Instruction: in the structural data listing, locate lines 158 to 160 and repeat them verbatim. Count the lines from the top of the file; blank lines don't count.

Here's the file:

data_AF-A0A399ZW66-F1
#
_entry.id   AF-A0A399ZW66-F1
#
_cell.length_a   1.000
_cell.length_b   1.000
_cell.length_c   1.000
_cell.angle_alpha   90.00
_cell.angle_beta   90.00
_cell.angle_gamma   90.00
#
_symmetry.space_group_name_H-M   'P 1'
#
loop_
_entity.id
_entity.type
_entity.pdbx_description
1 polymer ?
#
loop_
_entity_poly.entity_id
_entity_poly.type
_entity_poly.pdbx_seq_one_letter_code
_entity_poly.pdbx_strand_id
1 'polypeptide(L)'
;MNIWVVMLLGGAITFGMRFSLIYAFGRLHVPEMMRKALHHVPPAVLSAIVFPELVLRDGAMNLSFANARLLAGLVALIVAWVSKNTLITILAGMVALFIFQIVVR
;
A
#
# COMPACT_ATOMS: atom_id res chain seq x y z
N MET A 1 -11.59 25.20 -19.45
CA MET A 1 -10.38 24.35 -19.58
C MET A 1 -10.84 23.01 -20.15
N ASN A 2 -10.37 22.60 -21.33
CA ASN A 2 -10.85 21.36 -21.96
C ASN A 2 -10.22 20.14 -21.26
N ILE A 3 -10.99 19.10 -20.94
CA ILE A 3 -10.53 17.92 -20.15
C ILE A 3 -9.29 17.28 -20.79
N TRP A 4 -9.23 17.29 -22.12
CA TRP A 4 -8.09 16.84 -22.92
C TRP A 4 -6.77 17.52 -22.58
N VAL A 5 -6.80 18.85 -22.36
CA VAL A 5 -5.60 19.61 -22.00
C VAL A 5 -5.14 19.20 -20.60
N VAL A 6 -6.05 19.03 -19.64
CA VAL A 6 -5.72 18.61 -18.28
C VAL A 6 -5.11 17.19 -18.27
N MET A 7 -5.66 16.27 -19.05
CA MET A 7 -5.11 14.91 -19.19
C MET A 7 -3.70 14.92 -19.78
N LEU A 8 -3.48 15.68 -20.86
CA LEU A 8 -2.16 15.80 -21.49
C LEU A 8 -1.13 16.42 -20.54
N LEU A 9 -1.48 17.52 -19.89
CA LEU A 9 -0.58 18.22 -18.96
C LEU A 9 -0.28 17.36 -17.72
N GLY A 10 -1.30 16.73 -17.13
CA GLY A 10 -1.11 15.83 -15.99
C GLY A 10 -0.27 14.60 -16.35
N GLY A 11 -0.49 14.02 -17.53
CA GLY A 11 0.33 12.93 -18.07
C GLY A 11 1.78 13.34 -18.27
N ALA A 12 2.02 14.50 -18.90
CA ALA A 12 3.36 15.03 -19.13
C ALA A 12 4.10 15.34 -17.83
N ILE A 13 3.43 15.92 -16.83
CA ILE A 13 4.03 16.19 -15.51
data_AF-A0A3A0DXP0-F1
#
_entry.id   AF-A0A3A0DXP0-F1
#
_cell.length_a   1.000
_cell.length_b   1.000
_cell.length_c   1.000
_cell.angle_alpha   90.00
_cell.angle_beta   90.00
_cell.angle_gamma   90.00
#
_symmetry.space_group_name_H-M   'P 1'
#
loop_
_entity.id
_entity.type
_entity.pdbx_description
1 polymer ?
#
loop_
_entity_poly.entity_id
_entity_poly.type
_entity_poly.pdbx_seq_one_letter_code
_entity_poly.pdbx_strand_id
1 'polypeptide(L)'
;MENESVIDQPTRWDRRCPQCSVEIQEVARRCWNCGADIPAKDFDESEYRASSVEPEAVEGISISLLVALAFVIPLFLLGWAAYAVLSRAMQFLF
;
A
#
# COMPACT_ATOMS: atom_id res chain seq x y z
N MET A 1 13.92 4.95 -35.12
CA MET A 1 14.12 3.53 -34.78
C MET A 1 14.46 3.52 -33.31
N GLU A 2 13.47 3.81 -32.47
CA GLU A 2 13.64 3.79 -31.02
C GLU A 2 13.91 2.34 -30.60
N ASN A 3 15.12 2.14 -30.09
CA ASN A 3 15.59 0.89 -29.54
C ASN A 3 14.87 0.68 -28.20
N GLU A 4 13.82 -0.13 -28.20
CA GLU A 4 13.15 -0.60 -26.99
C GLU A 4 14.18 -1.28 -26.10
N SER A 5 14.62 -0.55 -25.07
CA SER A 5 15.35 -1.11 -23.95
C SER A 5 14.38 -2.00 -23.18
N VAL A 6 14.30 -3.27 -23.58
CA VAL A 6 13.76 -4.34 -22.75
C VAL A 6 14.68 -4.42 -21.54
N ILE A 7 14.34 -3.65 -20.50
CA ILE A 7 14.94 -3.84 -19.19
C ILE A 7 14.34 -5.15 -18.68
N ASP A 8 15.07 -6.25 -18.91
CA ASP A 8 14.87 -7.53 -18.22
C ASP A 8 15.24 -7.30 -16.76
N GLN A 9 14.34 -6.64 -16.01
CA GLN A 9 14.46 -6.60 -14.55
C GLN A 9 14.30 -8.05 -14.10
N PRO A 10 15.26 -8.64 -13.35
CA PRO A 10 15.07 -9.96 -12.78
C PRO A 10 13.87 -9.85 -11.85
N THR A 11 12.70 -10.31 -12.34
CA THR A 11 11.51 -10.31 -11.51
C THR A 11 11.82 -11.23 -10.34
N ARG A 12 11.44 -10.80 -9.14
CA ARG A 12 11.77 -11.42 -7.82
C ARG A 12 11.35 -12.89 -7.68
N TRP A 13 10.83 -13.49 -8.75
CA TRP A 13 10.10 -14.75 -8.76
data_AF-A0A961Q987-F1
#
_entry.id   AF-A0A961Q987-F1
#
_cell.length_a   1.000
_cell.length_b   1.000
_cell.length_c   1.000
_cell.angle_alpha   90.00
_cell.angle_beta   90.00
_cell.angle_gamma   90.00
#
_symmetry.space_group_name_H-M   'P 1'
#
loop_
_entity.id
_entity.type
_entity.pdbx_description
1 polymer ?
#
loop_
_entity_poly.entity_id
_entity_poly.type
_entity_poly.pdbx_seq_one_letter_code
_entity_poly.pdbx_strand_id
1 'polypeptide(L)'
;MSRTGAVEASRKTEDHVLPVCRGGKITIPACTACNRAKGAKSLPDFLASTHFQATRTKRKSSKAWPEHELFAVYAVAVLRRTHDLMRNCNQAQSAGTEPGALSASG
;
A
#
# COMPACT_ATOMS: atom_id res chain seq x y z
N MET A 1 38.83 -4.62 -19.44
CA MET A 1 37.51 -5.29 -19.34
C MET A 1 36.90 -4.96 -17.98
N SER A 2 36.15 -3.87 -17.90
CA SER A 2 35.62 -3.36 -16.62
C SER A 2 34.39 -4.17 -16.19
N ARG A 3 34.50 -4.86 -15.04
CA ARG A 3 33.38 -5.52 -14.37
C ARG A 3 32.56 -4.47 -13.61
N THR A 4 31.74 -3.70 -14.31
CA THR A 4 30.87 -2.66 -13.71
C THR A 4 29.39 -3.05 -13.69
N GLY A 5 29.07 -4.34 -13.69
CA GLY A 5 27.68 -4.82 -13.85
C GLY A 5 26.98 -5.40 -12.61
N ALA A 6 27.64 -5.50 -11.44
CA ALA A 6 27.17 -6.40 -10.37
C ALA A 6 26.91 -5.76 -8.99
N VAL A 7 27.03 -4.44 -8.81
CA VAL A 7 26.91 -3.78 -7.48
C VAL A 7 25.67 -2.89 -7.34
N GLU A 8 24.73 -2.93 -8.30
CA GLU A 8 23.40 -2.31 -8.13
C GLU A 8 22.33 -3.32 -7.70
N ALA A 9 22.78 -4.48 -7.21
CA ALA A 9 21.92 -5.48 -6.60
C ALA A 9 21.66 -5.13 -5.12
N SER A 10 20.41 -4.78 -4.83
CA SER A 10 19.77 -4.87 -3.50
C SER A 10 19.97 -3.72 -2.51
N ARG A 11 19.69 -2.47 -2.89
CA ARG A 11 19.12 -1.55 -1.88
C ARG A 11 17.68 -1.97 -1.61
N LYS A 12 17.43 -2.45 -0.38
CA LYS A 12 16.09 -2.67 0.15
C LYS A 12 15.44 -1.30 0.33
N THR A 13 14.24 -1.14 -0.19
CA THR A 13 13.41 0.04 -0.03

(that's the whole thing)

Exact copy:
_entity_poly.type
_entity_poly.pdbx_seq_one_letter_code
_entity_poly.pdbx_strand_id